The World's Best Bear Market Indicator Just Changed Direction

Right now, it feels like darn near everyone is expecting the great bull market in stocks to end...

During October, stocks were down on 16 trading days – the second-highest number of losing days on record.

After so many down days lately, it's no surprise investors are feeling fearful. But market volatility like we've seen is actually pretty normal...

Last month, we said you can expect up to five corrections on the way to the top.

Today, let's step back a bit from the near-term fears... And let's look at the bigger picture.

Is a recession and stock market bust imminent? Based on history, the answer is no...

At least, that's what our best bear market indicator is saying. It has flashed warnings before every recession over the last 40 years. And today, it's signaling something investors aren't expecting...

The end isn't here... yet.

In fact, the end has been pushed out further into the future. Here's why...

The bear market indicator I'm talking about is what's known as the "Fed spread."

When we talk about the Fed spread here in the office, we're talking about the difference between long-term (10-year) interest rates and short-term (two-year) interest rates.

Longtime DailyWealth readers know all about how this works. We've checked in on this indicator many times...

You see, typically, long-term rates are higher than short-term rates. That's because investors demand to be paid more for locking their money away for a decade or longer – the longer duration means they are taking on more risk.

When we end up in the opposite situation – that is, when short-term interest rates rise above long-term interest rates – it means the Federal Reserve has pushed short-term rates to that level.

The intention of this is to "put the brakes" on the economy. And it works, all right. When short-term rates rise above long-term rates, the economy slows down, and – typically – heads into recession.

The two-year interest rate rising higher than the 10-year interest rate has preceded every recession since 1970.

Back in July, we showed you it was getting close to the line again.

But here's the thing: Getting close to the line isn't the same as crossing it.

And now we're seeing something history has shown us before...

In 1994, it looked like we were racing toward recession. We were quickly nearing a point where the yield on the two-year bond would be higher than the 10-year bond.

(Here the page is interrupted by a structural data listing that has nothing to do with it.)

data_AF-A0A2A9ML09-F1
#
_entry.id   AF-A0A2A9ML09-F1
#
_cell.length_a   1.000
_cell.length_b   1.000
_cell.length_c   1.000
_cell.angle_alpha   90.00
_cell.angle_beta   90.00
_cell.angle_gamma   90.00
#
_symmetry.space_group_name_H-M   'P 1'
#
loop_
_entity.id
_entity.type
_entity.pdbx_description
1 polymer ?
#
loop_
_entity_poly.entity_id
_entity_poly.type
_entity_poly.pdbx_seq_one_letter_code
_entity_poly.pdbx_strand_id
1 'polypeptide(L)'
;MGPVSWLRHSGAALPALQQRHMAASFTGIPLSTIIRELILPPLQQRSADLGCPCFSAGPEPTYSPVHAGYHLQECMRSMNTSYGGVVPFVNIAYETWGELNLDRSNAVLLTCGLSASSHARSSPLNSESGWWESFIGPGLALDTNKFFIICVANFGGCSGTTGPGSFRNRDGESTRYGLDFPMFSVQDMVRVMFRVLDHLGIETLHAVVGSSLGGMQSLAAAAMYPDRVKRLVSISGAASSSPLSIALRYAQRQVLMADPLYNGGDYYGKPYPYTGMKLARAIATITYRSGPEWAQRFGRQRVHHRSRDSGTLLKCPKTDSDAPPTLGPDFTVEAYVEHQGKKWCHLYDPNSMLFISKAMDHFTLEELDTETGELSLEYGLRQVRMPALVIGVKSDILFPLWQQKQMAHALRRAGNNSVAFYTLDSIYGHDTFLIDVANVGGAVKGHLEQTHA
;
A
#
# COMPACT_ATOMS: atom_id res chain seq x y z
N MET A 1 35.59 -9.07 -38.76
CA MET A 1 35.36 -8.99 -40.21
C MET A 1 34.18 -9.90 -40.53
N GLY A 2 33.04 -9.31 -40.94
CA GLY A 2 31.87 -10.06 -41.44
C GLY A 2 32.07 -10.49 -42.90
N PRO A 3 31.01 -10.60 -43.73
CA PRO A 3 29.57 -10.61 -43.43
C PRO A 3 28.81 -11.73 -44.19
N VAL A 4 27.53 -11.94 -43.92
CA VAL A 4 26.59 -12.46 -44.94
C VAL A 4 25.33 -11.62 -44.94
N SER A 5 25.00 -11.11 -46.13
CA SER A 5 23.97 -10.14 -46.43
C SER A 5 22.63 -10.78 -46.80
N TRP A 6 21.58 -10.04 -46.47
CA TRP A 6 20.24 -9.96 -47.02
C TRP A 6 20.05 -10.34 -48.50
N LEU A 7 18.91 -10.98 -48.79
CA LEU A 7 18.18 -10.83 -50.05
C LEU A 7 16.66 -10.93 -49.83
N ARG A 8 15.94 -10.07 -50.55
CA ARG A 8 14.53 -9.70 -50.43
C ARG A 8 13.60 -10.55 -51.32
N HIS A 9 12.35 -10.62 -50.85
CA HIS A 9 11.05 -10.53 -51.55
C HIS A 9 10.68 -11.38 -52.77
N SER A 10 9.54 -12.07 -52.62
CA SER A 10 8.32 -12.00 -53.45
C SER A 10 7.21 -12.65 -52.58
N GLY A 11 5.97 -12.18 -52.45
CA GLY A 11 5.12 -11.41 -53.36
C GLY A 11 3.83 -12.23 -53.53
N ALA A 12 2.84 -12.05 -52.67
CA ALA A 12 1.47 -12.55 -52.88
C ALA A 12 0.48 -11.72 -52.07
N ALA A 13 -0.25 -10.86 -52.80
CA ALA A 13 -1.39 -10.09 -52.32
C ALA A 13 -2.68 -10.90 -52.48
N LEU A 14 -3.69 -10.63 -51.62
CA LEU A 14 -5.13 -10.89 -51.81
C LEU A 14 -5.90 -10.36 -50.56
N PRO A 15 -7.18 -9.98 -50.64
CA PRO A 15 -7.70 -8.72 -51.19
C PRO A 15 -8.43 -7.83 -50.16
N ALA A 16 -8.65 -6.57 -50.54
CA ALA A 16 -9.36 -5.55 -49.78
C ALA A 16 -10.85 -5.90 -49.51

It was about the same setup as today. But just when it looked like rates were about to cross over, the situation changed.

Here's what it looked like then:

We're seeing that same scenario today. After racing toward recession for months, the Fed spread changed direction. It is now widening, not narrowing. And we're getting further from crossing the line that leads to recessions and bear markets.

Here's where the spread has headed over the past few months:

This is great news for us. History tells us that after short-term rates rise above long-term rates, we've got about 18 to 24 months left of gains in the market. But the clock hasn't even started yet.

The stock market sure has been volatile lately. But the most powerful predictor of recession we've got says we're not at the end.

Now is not the time to panic out of the market. Now is the time to stay invested and catch the potentially life-changing run-up ahead.

Good investing,

Vic Lederman

Further Reading

"We need to take advantage while everyone is still afraid of the markets," Steve says. Learn why he thinks now is the time to be invested right here: How the 'Melt Down' Begins – And Why It's Not Here Yet.

"For many investors, the recent market action has their fear centers lighting up like a pinball machine," Alan Gula writes. "Lots of folks are thinking about fleeing the stock market." Get the details on how fear and volatility can fuel powerful rallies right here.

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Market Notes



McDonald's (MCD)... fast food
Coca-Cola (KO)... soft drinks
Dine Brands Global (DIN)... IHOP, Applebee's
Walgreens Boots Alliance (WBA)... drugstores
AstraZeneca (AZN)... prescription drugs
Aetna (AET)... health insurance
Procter & Gamble (PG)... "selling the basics"
Clorox (CLX)... "selling the basics"
Helen of Troy (HELE)... "selling the basics"
Lamb Weston (LW)... "selling the basics"
Ulta Beauty (ULTA)... makeup, skin care, and more
Burlington Stores (BURL)... "everything" stores
Dick's Sporting Goods (DKS)... sporting goods
Advance Auto Parts (AAP)... auto parts
O'Reilly Automotive (ORLY)... auto parts
AutoZone (AZO)... auto parts
Monro (MNRO)... car repairs
Verizon (VZ)... Internet "toll bridge"


Barclays (BCS)... financial services
Citigroup (C)... financial services
Goldman Sachs (GS)... financial services
General Electric (GE)... caught in a "death spiral"
JC Penney (JCP)... dying department store
Activision Blizzard (ATVI)... video games
Electronic Arts (EA)... video games
Royal Dutch Shell (RDS-A)... oil and gas
Valero Energy (VLO)... oil refiner
Halliburton (HAL)... oilfield services
Schlumberger (SLB)... oilfield services
British American Tobacco (BTI)... tobacco